#TGW: Going National

Tech first won its home event in 2010, five years into its existence.
Oct. 21, 2016

By Matt Winkeljohn | The Good Word

- It's not easy to host a college golf tournament like this weekend's Golf Club of Georgia Collegiate, and many programs don't even play a "home" event in their fall and spring seasons. When Georgia Tech does, the Yellow Jackets go big.

As the 11th annual version of the event -- formerly known as the United States Collegiate Championship -- unfolds in Alpharetta, a glimpse at the 17 programs walking the Lakeside and Creekside courses offers plenty of proof.

Fourteen programs are ranked in the top 50 nationally by Golfstat, including No. 2 Oklahoma State, No. 3 Auburn, No. 6 LSU, No. 7 Virginia, No. 8 Oklahoma and No. 9 Wake Forest.

The No. 31 Jackets (No. 24 in Golfstat/Sagarin Index) will have their hands full Friday through Sunday as freshman Tyler Strafaci makes his college debut over one of Tech's two home courses (East Lake Golf Club is the other).

Head coach Bruce Heppler wouldn't have it any other way.

He's never been one to shy away from competition so when he sends out invitations, he goes to the VIP section of his Rolodex for numbers in putting together what may be the top autumn competition in the nation.

"I feel a huge responsibility ... I could write a book on how not to win your own tournament, but I've tried not to schedule that way," he said. "Some people want to look good the one time they're in town, but that's not how we do it.

"It's like a fall national tournament. I've had people tell me it's one of the top three amateur events in the world (presumably aside the U.S. Amateur and NCAA Championships). Whoever wins it will have done something. It's not set up to make [Tech] look good."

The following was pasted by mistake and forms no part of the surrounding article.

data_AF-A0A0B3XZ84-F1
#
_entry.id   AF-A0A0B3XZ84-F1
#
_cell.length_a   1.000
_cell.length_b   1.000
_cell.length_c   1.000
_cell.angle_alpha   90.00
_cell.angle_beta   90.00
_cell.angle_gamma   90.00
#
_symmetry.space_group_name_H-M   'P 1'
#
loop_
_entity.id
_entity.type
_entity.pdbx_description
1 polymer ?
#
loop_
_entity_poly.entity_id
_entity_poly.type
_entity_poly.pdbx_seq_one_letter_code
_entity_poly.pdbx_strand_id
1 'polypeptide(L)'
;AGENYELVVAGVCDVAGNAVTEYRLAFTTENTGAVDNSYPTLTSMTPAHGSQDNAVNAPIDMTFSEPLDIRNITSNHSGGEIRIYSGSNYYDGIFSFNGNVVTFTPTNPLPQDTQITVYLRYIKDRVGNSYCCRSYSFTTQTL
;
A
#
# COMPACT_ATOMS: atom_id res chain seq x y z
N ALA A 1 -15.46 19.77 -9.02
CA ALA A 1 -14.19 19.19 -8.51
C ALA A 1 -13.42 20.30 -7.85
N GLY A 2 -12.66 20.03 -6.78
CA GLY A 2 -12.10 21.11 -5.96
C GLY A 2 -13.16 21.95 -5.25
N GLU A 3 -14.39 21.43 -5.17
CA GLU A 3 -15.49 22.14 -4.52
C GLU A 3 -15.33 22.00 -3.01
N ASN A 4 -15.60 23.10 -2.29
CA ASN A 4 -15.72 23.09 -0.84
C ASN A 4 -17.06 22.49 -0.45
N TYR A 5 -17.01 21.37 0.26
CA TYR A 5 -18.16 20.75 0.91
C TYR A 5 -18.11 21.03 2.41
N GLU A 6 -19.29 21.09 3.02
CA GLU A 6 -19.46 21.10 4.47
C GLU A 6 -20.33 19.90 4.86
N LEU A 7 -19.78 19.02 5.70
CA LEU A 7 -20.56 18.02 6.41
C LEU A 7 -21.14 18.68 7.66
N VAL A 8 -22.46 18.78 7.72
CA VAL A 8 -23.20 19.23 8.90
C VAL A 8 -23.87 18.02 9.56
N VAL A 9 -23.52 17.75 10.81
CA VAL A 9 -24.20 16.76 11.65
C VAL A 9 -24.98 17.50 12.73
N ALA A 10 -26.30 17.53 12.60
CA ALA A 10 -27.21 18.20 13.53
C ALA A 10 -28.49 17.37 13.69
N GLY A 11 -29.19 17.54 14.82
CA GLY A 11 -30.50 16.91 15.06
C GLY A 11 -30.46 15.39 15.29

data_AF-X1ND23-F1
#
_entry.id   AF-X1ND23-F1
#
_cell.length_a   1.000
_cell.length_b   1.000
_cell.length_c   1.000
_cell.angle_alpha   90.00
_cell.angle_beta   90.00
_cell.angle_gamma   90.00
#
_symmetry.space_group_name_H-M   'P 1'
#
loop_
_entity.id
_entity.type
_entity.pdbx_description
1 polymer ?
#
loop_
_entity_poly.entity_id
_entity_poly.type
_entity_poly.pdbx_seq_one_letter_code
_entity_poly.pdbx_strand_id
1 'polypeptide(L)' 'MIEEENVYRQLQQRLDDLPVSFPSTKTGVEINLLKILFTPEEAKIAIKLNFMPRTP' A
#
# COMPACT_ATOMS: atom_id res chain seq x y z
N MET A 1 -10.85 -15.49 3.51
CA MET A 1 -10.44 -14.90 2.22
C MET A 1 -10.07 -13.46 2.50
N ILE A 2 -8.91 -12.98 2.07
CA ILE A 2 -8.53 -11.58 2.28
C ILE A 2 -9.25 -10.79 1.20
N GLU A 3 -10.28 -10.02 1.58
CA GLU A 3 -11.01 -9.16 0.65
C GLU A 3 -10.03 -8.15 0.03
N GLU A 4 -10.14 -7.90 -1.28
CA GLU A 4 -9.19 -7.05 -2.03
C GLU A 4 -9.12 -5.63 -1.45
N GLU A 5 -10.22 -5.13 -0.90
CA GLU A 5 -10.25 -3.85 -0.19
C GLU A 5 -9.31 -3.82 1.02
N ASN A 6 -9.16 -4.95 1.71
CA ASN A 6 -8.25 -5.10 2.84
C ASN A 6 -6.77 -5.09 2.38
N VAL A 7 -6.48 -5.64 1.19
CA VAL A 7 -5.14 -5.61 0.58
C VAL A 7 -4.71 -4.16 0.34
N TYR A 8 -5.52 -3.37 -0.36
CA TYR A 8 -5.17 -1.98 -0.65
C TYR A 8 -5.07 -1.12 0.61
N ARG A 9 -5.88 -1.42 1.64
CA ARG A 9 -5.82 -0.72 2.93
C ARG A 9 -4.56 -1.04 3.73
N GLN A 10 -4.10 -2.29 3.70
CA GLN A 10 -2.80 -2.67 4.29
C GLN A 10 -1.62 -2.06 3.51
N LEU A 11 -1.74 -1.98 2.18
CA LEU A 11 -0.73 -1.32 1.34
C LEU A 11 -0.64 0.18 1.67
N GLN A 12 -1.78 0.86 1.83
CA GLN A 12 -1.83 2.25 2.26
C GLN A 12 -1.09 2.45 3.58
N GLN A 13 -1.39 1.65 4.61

Actually, the Jackets won the event in 2010 and 2012.

Winning this weekend would be special, as Strafaci will be joined by fellow freshman Luke Schniederjans and juniors James Clark, Michael Pisciotta and Chris Petefish. This is the first time in three fall events that Strafaci and Pisciotta made Tech's travel team. The other three Jackets are playing for the third time.

 

 

They'll be tested by the courses and the field. Twelve of the top 25 individuals in the Golfstat national rankings are at the Golf Club of Georgia, including last year's co-medalists: Derek Bard of Virginia, Maverick McNealy of Stanford, Will Long of Auburn, and Cameron Young of Wake Forest.

Bard set a tournament record in winning this event at 15-under par 201 in 2014, and McNealy earlier this fall won this 11th college tournament to tie former Stanford golfers and current PGA Tour pros Tiger Woods and Patrick Rodgers for most in the history of a program that has won eight NCAA team titles.

Schniederjans won the Carpet Capital Collegiate in Tech's first fall outing, competing as an individual, and he's currently tied with Oregon State senior Connor Lumpula for the nation's lowest scoring average (68.83), according to Golfstat.

He hasn't seen a field like this, but looks at the weekend as if it's nothing new.